Seasonal Flavors: Scalloped Potatoes

Photo: Denise Zito

While I love scalloped potatoes, for years I never made a successful batch and ultimately gave up the fight. It almost didn’t matter how long I cooked them—the potatoes were underdone, or the sauce was dried up. And then there was the slicing.  So hard to slice those potatoes thin enough! Couldn’t do it. 

Then I discovered the mandolin. I’ve had a mandolin for years—the five-stringed, beautiful little musical instrument. My son is a virtuoso, and I a struggling amateur.

But I finally acquired a kitchen mandolin, an adjustable device for slicing cucumbers, carrots, radishes, and potatoes. Now, with this handy device, I can easily create very thin slices that make perfect scalloped potatoes. Also, making pickles this summer was a snap. Spring salad? It took only a few seconds to thin slice the carrots and radishes.

It’s also inexpensive and dishwasher safe.

But do I need to caution you on the safety aspects? A mandolin always includes a vegetable holder, and I strongly urge you to use it.  And I’d rather not describe the potential consequences if you don’t.  You get the picture.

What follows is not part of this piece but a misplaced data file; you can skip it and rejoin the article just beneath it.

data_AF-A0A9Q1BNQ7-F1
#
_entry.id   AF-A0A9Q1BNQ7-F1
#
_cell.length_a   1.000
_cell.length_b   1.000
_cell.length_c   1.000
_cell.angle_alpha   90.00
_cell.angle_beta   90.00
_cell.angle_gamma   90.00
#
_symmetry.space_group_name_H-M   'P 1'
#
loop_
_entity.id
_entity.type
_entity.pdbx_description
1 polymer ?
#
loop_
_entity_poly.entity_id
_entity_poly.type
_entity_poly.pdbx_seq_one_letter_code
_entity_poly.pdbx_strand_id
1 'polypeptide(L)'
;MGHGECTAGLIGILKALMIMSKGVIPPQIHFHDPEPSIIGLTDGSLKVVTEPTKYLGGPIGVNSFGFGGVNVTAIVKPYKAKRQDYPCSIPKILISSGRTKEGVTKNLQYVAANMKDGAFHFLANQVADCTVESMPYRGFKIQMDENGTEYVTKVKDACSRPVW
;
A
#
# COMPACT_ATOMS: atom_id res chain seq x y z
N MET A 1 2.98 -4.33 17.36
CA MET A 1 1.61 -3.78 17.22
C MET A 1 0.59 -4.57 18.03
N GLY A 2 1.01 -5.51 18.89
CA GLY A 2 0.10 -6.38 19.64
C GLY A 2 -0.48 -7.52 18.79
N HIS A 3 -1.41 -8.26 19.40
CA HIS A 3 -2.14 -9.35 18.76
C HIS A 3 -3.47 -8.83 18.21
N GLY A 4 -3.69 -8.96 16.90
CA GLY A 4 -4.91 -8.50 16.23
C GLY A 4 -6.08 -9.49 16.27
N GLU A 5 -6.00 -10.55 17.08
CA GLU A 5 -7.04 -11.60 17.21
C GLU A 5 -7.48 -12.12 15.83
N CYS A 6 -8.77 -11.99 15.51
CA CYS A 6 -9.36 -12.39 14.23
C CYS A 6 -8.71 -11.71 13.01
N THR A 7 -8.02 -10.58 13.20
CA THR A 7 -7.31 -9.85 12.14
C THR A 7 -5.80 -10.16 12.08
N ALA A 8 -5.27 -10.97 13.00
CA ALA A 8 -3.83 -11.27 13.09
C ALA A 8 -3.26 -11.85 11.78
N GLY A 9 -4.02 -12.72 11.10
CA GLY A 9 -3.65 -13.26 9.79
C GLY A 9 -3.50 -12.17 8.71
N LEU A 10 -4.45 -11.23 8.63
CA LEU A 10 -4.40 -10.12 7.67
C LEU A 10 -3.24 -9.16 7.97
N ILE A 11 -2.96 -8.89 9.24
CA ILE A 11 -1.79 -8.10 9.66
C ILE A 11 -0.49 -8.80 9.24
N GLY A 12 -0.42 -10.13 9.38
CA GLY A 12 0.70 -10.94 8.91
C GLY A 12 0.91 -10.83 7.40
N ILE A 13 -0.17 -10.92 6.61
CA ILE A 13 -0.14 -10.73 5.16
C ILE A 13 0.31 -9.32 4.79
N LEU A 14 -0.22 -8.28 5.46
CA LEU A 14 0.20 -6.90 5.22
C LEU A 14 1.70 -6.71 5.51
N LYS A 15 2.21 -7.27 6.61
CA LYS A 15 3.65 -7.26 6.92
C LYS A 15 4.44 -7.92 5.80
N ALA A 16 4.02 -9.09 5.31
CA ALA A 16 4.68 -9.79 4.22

Scalloped Potatoes

  • 6 medium potatoes
  • 2 T flour
  • 4 T butter
  • 3 cups cream
  • Salt and pepper to taste

Scrub the potatoes, leaving the skins on, and slice them about 1/8 inch thick. Butter the bottom of a 9 x 12-inch baking dish and add one layer of potatoes. Sprinkle with salt and pepper. Dot with butter, sprinkle the potatoes with a small amount of flour. Repeat the process until all potatoes are used. Add the cream. Cover with foil that has been brushed with butter and bake at 350°F for an hour. Use a knife to check the potatoes. If it slides in easily, it’s done. If not, recover the dish and bake for another 30 minutes. You can also remove the foil for the last ten minutes or so to brown the top.  


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